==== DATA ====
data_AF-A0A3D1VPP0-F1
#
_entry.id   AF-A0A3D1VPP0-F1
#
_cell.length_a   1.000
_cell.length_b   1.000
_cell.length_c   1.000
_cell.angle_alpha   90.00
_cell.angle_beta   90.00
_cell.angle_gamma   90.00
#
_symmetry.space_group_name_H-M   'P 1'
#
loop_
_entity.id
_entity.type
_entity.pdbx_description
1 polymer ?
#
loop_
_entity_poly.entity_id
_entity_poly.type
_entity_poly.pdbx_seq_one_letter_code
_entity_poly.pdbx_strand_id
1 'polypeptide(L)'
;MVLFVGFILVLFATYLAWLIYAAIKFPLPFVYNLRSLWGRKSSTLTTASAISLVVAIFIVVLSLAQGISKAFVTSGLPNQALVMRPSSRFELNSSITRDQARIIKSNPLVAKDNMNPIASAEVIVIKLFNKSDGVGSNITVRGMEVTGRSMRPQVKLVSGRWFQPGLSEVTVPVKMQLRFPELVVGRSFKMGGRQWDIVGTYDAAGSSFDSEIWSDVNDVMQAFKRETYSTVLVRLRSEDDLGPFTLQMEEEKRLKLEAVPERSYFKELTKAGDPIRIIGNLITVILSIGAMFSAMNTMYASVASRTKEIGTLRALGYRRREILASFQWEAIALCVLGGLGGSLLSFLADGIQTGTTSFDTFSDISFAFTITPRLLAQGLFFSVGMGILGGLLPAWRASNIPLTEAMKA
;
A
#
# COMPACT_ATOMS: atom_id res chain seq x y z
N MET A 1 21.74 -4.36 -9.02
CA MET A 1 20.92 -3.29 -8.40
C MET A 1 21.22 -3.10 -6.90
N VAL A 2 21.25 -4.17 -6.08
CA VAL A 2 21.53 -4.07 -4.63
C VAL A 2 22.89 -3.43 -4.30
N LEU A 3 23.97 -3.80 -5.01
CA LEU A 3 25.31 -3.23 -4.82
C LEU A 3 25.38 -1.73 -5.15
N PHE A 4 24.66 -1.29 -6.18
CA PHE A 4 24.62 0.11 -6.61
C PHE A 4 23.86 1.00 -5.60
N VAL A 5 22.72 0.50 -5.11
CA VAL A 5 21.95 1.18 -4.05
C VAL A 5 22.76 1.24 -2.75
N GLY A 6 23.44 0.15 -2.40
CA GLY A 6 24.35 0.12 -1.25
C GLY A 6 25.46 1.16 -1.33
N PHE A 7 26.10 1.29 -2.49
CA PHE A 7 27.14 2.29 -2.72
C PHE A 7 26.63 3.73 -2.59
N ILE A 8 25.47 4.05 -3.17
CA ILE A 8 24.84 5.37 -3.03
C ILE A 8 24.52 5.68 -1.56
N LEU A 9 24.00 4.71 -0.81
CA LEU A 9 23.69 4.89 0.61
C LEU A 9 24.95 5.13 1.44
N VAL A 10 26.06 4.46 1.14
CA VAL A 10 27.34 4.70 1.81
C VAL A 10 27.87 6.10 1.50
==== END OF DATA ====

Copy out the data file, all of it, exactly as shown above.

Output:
data_AF-A0A3D1VPP0-F1
#
_entry.id   AF-A0A3D1VPP0-F1
#
_cell.length_a   1.000
_cell.length_b   1.000
_cell.length_c   1.000
_cell.angle_alpha   90.00
_cell.angle_beta   90.00
_cell.angle_gamma   90.00
#
_symmetry.space_group_name_H-M   'P 1'
#
loop_
_entity.id
_entity.type
_entity.pdbx_description
1 polymer ?
#
loop_
_entity_poly.entity_id
_entity_poly.type
_entity_poly.pdbx_seq_one_letter_code
_entity_poly.pdbx_strand_id
1 'polypeptide(L)'
;MVLFVGFILVLFATYLAWLIYAAIKFPLPFVYNLRSLWGRKSSTLTTASAISLVVAIFIVVLSLAQGISKAFVTSGLPNQALVMRPSSRFELNSSITRDQARIIKSNPLVAKDNMNPIASAEVIVIKLFNKSDGVGSNITVRGMEVTGRSMRPQVKLVSGRWFQPGLSEVTVPVKMQLRFPELVVGRSFKMGGRQWDIVGTYDAAGSSFDSEIWSDVNDVMQAFKRETYSTVLVRLRSEDDLGPFTLQMEEEKRLKLEAVPERSYFKELTKAGDPIRIIGNLITVILSIGAMFSAMNTMYASVASRTKEIGTLRALGYRRREILASFQWEAIALCVLGGLGGSLLSFLADGIQTGTTSFDTFSDISFAFTITPRLLAQGLFFSVGMGILGGLLPAWRASNIPLTEAMKA
;
A
#
# COMPACT_ATOMS: atom_id res chain seq x y z
N MET A 1 21.74 -4.36 -9.02
CA MET A 1 20.92 -3.29 -8.40
C MET A 1 21.22 -3.10 -6.90
N VAL A 2 21.25 -4.17 -6.08
CA VAL A 2 21.53 -4.07 -4.63
C VAL A 2 22.89 -3.43 -4.30
N LEU A 3 23.97 -3.80 -5.01
CA LEU A 3 25.31 -3.23 -4.82
C LEU A 3 25.38 -1.73 -5.15
N PHE A 4 24.66 -1.29 -6.18
CA PHE A 4 24.62 0.11 -6.61
C PHE A 4 23.86 1.00 -5.60
N VAL A 5 22.72 0.50 -5.11
CA VAL A 5 21.95 1.18 -4.05
C VAL A 5 22.76 1.24 -2.75
N GLY A 6 23.44 0.15 -2.40
CA GLY A 6 24.35 0.12 -1.25
C GLY A 6 25.46 1.16 -1.33
N PHE A 7 26.10 1.29 -2.49
CA PHE A 7 27.14 2.29 -2.72
C PHE A 7 26.63 3.73 -2.59
N ILE A 8 25.47 4.05 -3.17
CA ILE A 8 24.84 5.37 -3.03
C ILE A 8 24.52 5.68 -1.56
N LEU A 9 24.00 4.71 -0.81
CA LEU A 9 23.69 4.89 0.61
C LEU A 9 24.95 5.13 1.44
N VAL A 10 26.06 4.46 1.14
CA VAL A 10 27.34 4.70 1.81
C VAL A 10 27.87 6.10 1.50